Arnaud Laborie: Trinnov Audio is fundamentally an engineering company with innovation at its core; this is our strength and what makes us truly unique and resilient. Since we started, the focus has been on the improvement of audio quality with specific attention to spatial resolution, acoustics correction, and immersive sound.
We innovate by not paying attention to what others do but by creating our path. This is essentially what we did in 2005 when we started focusing on Loudspeaker/Room Optimization, which was not very well perceived and accepted by studios and sound engineers at the time. This type of technology is now accepted and widely spread across multiple applications going from professional audio to high-end audio and even consumer electronics. Our customers, partners, and competitors respect our expertise in this field.
Furthermore, whereas many similar companies tend to outsource a lot of their development and to extensively use OEM platforms, we tend to keep as much development and control as we can in-house. As such, we develop our own hardware and operating system to make sure we can leverage our software and algorithms to their maximum capacity. This also enables us to extend our product’s life-cycle by enabling major updates via software, whereas most of our competitors traditionally use limited DSP-based platforms and ultimately do not offer the same kind of sustainability and upgradeability.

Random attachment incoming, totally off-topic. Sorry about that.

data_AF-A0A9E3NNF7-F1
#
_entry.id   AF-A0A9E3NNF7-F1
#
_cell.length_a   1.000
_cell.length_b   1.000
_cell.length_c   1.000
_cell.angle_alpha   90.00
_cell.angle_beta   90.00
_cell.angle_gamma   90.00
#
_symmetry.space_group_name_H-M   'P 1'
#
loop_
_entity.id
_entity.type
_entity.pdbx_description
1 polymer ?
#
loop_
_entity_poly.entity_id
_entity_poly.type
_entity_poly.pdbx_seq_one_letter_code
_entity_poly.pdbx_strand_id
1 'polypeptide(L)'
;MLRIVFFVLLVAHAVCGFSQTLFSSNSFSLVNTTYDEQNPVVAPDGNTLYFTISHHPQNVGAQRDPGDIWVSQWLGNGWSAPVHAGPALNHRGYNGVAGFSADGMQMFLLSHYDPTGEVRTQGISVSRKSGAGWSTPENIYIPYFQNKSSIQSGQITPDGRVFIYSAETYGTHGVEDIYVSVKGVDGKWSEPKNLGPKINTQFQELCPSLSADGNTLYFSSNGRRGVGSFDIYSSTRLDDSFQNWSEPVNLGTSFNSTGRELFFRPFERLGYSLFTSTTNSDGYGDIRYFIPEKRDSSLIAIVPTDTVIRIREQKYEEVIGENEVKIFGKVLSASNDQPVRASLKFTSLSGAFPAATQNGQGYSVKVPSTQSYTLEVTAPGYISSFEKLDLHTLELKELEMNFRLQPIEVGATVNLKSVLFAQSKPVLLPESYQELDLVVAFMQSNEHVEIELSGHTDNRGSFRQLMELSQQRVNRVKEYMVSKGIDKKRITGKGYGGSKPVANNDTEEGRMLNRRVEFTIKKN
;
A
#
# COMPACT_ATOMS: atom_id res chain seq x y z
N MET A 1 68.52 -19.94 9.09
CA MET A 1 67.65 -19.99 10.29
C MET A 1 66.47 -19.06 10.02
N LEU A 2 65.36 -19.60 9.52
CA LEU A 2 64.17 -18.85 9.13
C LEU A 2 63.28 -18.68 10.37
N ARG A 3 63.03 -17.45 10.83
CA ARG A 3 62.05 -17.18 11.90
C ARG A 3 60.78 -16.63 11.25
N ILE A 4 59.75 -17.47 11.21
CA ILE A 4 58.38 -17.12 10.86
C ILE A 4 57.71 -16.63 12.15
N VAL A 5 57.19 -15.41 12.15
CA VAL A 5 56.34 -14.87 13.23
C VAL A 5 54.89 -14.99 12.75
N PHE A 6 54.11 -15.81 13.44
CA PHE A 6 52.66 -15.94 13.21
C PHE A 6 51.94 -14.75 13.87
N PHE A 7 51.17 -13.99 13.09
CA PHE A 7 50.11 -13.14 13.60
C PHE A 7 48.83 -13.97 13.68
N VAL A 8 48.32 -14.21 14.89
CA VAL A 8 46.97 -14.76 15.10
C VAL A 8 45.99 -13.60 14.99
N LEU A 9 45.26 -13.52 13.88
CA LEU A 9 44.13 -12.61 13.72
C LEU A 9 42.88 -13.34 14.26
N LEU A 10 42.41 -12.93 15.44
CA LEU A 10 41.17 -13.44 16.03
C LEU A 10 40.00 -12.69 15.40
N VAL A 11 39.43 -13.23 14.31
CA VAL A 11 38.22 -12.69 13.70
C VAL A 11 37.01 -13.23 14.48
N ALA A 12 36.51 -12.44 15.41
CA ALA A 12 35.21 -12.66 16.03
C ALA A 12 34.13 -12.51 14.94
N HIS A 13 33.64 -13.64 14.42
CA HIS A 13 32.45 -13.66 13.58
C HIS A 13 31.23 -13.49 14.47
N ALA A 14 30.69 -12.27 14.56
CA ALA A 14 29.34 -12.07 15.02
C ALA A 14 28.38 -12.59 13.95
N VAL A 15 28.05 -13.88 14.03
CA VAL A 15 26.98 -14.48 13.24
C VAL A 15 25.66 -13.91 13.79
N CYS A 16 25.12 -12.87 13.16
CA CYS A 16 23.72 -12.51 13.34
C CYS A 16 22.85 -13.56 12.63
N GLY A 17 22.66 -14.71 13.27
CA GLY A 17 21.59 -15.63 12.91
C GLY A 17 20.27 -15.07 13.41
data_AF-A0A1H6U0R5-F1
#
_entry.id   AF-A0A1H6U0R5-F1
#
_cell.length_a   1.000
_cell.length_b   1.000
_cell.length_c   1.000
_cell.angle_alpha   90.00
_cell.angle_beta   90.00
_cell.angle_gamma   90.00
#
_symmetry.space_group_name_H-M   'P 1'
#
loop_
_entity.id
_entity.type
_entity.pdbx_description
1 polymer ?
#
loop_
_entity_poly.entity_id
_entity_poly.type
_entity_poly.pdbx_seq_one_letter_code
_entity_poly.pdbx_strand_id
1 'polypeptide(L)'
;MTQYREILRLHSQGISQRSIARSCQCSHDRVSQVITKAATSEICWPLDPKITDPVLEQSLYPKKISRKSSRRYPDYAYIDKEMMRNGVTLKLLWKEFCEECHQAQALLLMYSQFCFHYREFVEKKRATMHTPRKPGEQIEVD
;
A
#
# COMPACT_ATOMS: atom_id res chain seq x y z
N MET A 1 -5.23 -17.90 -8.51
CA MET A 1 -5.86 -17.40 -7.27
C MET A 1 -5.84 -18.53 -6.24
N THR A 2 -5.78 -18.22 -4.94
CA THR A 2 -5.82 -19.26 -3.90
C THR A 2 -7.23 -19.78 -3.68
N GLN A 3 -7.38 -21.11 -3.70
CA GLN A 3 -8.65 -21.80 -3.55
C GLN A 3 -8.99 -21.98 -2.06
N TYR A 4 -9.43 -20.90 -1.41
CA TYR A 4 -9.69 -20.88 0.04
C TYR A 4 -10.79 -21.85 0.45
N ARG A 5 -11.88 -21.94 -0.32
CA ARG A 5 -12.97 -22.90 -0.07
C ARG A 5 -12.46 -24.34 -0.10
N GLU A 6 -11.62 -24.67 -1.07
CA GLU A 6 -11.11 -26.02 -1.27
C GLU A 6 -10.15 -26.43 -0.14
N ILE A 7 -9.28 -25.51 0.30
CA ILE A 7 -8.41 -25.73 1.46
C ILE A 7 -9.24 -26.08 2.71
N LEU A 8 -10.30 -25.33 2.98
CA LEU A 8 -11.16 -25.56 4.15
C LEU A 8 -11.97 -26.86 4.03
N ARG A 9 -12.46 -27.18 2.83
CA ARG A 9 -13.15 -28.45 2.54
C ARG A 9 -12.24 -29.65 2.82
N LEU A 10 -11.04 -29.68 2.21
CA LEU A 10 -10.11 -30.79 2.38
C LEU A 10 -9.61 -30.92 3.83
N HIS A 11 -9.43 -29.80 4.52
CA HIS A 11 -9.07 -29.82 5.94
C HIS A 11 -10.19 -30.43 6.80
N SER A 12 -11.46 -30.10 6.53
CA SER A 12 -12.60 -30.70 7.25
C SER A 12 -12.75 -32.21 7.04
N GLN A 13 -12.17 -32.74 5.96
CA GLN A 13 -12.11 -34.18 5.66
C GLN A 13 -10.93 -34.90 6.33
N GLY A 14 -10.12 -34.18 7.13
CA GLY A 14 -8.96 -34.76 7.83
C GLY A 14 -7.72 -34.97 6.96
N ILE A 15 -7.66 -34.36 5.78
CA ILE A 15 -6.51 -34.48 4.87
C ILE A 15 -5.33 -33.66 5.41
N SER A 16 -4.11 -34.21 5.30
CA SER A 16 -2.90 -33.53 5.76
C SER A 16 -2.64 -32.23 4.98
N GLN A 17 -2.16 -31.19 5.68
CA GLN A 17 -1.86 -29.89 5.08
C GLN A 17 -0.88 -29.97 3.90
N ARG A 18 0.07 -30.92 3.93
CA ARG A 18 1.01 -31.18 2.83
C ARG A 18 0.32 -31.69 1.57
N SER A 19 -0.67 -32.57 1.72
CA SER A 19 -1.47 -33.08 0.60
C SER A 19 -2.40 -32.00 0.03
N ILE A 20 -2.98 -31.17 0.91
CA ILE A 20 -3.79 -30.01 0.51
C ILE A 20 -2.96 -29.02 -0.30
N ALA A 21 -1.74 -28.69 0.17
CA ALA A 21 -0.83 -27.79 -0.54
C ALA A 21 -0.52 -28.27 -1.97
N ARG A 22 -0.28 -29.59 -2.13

How the coronavirus pandemic affects your business, and how are you coping?
Arnaud Laborie: Sustainability is not only part of our product design philosophy; this also accurately defines the way we drive our business. Indeed, it has always been our intention to diversify our activities as much as we could, not only by addressing different audio industries but also by establishing an international sales network.